2“As to the first of those two challenges, I said we’d lead the nation in job growth, and youknow what? We have. We have created jobs at nearly twice the national rate. And compared to therest of the state, our job creation rate is eight times as high.“Jobs bring hope and opportunity, independence and security, and creating them is our jobnumber one. Now, too many New Yorkers are still struggling to find work and our unemployment
rate is still too high, but over the past year, we have added 51,000 private sector jobs – in industrieswith average salaries between $35,000 and $92,000.“For instance, last year we passed Boston in venture capital funding in technology, puttingus ahead of every place but Silicon Valley. As Jim mentioned, we also had a big year in tourism. Inspite of fierce competition from cities around the world, the number of people employed in tourismhit a record high here. For the second straight year, we remained America’s number one touristdestination.“And with growth occurring in many other industries, unemployment in New York City isdown from a year ago, commercial vacancy rates are down, home values are up.“In fact, for the first time in decades – New York City entered a national recession later thanthe rest of the country, and now we have come out of it faster and stronger than the rest of thecountry.“But we’re not out of the woods yet – not by a long shot – but I will say we sure are headingin the right direction.“Our progress is also a result of our success in meeting the second of the two challenges Ispoke about last January, and that’s managing our budget wisely. City government can’t end a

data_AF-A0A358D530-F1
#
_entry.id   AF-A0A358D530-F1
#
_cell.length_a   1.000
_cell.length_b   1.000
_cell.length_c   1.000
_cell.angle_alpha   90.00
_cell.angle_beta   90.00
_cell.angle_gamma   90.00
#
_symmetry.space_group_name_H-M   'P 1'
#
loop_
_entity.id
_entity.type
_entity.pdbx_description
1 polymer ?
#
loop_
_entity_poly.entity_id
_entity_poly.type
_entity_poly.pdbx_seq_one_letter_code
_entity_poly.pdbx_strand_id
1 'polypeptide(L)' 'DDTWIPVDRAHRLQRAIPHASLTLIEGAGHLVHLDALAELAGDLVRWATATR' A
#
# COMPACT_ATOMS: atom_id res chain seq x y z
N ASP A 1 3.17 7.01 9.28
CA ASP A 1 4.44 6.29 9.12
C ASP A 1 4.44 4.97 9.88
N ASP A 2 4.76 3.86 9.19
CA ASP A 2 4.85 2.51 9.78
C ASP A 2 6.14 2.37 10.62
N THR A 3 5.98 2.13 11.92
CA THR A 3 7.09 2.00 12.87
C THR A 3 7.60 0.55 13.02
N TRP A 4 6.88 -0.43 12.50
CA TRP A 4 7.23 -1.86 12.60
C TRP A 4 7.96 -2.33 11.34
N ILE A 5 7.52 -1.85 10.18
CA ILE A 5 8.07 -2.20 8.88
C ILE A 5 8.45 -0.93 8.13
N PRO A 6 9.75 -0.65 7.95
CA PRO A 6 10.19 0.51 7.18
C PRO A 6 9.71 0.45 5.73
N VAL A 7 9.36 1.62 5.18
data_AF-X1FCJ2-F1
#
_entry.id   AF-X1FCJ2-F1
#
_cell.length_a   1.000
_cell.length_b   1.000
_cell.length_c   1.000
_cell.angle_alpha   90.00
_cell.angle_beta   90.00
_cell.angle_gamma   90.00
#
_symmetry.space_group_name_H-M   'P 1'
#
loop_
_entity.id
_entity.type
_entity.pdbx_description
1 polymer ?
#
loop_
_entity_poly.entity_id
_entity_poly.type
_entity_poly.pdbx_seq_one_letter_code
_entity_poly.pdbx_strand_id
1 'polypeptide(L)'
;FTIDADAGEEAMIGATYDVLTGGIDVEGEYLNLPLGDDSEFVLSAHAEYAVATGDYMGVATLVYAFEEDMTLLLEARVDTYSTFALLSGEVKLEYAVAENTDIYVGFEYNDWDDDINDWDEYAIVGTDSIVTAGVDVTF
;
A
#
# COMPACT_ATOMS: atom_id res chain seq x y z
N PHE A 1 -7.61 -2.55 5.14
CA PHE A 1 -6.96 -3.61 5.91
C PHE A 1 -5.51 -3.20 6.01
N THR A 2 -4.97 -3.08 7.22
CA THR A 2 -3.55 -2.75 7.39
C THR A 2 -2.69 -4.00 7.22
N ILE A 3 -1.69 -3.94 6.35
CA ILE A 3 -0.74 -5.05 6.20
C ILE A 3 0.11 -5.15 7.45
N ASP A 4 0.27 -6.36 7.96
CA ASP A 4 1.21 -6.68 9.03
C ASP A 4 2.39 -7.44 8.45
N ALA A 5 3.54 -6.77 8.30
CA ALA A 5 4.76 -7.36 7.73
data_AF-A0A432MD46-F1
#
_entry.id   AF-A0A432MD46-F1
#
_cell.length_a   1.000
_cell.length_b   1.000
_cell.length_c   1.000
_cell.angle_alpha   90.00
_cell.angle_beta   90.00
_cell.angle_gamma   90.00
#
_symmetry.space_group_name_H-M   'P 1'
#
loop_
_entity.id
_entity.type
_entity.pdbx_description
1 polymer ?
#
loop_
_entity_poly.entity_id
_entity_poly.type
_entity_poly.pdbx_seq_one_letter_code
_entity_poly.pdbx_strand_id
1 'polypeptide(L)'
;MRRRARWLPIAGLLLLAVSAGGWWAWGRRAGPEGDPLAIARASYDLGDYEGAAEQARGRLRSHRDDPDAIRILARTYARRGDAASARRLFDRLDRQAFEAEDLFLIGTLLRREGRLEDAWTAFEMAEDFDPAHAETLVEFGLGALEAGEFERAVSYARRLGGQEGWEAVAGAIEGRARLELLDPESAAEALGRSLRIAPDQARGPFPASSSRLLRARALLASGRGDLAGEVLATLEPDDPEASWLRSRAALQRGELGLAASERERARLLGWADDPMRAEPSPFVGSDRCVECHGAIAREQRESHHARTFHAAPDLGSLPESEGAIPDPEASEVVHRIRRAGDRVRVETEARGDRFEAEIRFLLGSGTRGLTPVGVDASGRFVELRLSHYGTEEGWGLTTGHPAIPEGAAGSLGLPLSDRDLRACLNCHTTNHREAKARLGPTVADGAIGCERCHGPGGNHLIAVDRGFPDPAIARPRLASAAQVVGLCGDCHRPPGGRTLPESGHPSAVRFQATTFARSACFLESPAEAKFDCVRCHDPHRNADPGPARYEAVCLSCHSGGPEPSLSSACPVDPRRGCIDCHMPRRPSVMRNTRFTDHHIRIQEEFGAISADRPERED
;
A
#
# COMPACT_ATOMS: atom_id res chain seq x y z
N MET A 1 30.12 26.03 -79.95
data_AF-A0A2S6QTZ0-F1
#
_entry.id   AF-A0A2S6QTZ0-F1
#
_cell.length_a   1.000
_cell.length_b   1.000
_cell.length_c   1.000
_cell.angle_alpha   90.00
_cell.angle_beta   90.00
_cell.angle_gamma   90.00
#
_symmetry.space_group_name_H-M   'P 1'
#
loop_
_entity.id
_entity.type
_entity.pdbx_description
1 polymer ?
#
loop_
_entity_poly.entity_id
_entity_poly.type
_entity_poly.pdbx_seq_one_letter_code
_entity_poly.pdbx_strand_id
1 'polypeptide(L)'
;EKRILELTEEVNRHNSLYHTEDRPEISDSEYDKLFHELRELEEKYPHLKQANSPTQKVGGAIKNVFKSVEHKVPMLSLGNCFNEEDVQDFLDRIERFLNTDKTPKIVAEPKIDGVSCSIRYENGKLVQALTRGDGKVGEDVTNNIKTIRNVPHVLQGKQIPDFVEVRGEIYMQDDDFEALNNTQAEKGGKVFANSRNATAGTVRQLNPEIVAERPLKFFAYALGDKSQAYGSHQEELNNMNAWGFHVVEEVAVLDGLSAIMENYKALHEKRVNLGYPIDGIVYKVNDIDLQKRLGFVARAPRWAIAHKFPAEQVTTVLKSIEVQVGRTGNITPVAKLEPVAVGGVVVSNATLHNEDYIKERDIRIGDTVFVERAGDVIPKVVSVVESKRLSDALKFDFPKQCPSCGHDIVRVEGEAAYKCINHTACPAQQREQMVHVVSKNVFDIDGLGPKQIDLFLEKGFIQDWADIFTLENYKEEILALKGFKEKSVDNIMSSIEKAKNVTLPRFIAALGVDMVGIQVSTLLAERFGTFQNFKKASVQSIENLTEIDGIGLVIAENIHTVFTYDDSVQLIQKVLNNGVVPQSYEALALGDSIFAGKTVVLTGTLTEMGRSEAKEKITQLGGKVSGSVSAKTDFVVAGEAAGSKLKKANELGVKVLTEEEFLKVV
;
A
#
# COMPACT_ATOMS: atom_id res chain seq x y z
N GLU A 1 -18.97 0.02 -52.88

national recession – nor can we control the business cycle – but we can shape our own destiny, andwe have.“We’ve done it not only by spurring new jobs in growing industries, but by managing our budget to protect the vital services that are so crucial to our economy.“We cut crime to record lows. We kept the welfare rolls at historic lows. We cut fire deathsto their lowest level since before 1919. We raised graduation rates again – they’re up 27 percent
over the past four years, compared to just three percent in the rest of the state. And that means15,000 students would not have finished high school if we didn’t do it. But they did finish highschool, they earned a diploma that will change their lives for the better.“We’ve gotten those results by working closely with the City Council and Speaker ChrisQuinn to help manage our budget carefully – and reduce spending responsibly. Over the past three
years, we’ve cut spending nine different times for a total of $5 billion, including $1.6 billion cutsthis year. Those cuts are our hardest yet because the impact will be more severe as ever as you getdown the chain.